Luca Pieroni , University of Perugia
Donatella Lanari, University of Perugia
Giorgio d'Agostino, University Rome III
The employment trends over the last decades of most European countries, which introduced more flexible labour market contracts, have raised concerns over the risk for workers to be trapped in temporary employment contracts, with lower wages, inferior bargaining power and less social protection (i.e., economic insecurity). Italy is an interesting case study because, starting from the late 1990s, the labour market reforms increased gradually the flexibility of the labour market by introducing new atypical contracts and by relaxing the restrictions on their use. The effective application of the labour market reform for apprenticeship and fixed-term contracts from the year 2005 exposed women to a higher risk of losing their jobs and, in turn, affected fertility decision, although the magnitude of this effect was influenced by many confounding factors like completing education or buying a house, which is known to postpone and decrease fertility rate. Using the AD-SILC database which merges the dataset “IT-SILC (2005)” provided by the Italian Institute of Statistics with the administrative archives of the Italian Institute of Social Security, we first show that the new labour market regime explains the reduction on the probability to have a child by about 1.4 percentage points, a point estimate lower than the effect to have the first child (-3.8 p.p.). The estimated parameters were enough different using separately the fixed-term sample, while they appear similar for the apprenticeship. These findings are confirmed even when we estimate the fertility decisions using the temporary contracts extended to the couple.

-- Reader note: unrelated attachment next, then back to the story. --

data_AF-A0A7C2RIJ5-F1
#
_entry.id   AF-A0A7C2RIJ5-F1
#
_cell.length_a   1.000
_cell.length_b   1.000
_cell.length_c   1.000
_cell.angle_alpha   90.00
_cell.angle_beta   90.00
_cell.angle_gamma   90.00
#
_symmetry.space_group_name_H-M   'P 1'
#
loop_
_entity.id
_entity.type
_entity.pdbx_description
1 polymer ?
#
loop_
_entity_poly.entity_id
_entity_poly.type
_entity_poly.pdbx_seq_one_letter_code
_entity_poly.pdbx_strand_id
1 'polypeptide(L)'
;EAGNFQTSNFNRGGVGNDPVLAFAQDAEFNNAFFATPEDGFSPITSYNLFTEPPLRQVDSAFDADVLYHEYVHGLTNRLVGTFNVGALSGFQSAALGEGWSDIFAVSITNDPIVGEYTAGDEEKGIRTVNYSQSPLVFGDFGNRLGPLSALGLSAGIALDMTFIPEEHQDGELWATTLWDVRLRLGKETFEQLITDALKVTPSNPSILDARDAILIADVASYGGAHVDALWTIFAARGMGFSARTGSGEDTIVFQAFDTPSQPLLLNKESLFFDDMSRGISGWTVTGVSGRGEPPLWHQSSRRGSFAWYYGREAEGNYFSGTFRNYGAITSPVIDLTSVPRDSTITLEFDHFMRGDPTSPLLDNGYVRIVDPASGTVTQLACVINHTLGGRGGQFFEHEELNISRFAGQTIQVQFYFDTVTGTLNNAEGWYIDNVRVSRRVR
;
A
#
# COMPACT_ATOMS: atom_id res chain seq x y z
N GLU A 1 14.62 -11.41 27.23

Presented in Session P1. Poster Session Fertility, Family and the Life Course